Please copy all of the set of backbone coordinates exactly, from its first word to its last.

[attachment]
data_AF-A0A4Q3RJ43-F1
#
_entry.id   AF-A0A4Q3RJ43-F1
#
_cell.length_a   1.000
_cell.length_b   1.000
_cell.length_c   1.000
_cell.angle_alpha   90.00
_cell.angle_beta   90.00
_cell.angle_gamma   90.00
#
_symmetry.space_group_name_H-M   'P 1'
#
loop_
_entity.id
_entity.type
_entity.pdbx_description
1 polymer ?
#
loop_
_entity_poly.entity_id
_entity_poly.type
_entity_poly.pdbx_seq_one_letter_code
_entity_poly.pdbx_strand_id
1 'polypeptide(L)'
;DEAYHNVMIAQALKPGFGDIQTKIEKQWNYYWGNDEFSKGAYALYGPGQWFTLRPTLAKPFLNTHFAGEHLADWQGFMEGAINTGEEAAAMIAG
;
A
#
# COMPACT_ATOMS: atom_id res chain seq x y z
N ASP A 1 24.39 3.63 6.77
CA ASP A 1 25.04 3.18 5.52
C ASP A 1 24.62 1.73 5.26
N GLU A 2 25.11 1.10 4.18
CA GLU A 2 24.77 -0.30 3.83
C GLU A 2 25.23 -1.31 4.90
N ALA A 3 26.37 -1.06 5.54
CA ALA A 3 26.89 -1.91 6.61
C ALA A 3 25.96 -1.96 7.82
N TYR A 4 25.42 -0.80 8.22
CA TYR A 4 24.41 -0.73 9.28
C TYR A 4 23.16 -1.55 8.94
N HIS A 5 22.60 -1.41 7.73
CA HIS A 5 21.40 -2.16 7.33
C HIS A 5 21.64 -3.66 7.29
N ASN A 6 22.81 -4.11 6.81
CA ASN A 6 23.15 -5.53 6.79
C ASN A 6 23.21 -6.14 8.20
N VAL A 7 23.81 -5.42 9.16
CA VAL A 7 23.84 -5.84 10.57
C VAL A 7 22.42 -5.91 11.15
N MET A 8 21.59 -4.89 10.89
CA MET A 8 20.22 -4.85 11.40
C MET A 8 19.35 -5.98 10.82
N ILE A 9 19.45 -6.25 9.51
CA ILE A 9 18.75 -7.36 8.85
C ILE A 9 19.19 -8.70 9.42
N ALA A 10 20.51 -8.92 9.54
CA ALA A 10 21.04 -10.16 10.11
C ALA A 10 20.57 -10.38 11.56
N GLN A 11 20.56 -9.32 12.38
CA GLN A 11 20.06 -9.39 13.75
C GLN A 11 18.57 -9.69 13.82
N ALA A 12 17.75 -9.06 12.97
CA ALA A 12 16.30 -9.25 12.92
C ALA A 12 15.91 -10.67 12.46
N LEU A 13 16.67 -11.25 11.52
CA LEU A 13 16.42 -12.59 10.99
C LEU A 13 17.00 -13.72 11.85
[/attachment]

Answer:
data_AF-A0A4Q3RJ43-F1
#
_entry.id   AF-A0A4Q3RJ43-F1
#
_cell.length_a   1.000
_cell.length_b   1.000
_cell.length_c   1.000
_cell.angle_alpha   90.00
_cell.angle_beta   90.00
_cell.angle_gamma   90.00
#
_symmetry.space_group_name_H-M   'P 1'
#
loop_
_entity.id
_entity.type
_entity.pdbx_description
1 polymer ?
#
loop_
_entity_poly.entity_id
_entity_poly.type
_entity_poly.pdbx_seq_one_letter_code
_entity_poly.pdbx_strand_id
1 'polypeptide(L)'
;DEAYHNVMIAQALKPGFGDIQTKIEKQWNYYWGNDEFSKGAYALYGPGQWFTLRPTLAKPFLNTHFAGEHLADWQGFMEGAINTGEEAAAMIAG
;
A
#
# COMPACT_ATOMS: atom_id res chain seq x y z
N ASP A 1 24.39 3.63 6.77
CA ASP A 1 25.04 3.18 5.52
C ASP A 1 24.62 1.73 5.26
N GLU A 2 25.11 1.10 4.18
CA GLU A 2 24.77 -0.30 3.83
C GLU A 2 25.23 -1.31 4.90
N ALA A 3 26.37 -1.06 5.54
CA ALA A 3 26.89 -1.91 6.61
C ALA A 3 25.96 -1.96 7.82
N TYR A 4 25.42 -0.80 8.22
CA TYR A 4 24.41 -0.73 9.28
C TYR A 4 23.16 -1.55 8.94
N HIS A 5 22.60 -1.41 7.73
CA HIS A 5 21.40 -2.16 7.33
C HIS A 5 21.64 -3.66 7.29
N ASN A 6 22.81 -4.11 6.81
CA ASN A 6 23.15 -5.53 6.79
C ASN A 6 23.21 -6.14 8.20
N VAL A 7 23.81 -5.42 9.16
CA VAL A 7 23.84 -5.84 10.57
C VAL A 7 22.42 -5.91 11.15
N MET A 8 21.59 -4.89 10.89
CA MET A 8 20.22 -4.85 11.40
C MET A 8 19.35 -5.98 10.82
N ILE A 9 19.45 -6.25 9.51
CA ILE A 9 18.75 -7.36 8.85
C ILE A 9 19.19 -8.70 9.42
N ALA A 10 20.51 -8.92 9.54
CA ALA A 10 21.04 -10.16 10.11
C ALA A 10 20.57 -10.38 11.56
N GLN A 11 20.56 -9.32 12.38
CA GLN A 11 20.06 -9.39 13.75
C GLN A 11 18.57 -9.69 13.82
N ALA A 12 17.75 -9.06 12.97
CA ALA A 12 16.30 -9.25 12.92
C ALA A 12 15.91 -10.67 12.46
N LEU A 13 16.67 -11.25 11.52
CA LEU A 13 16.42 -12.59 10.99
C LEU A 13 17.00 -13.72 11.85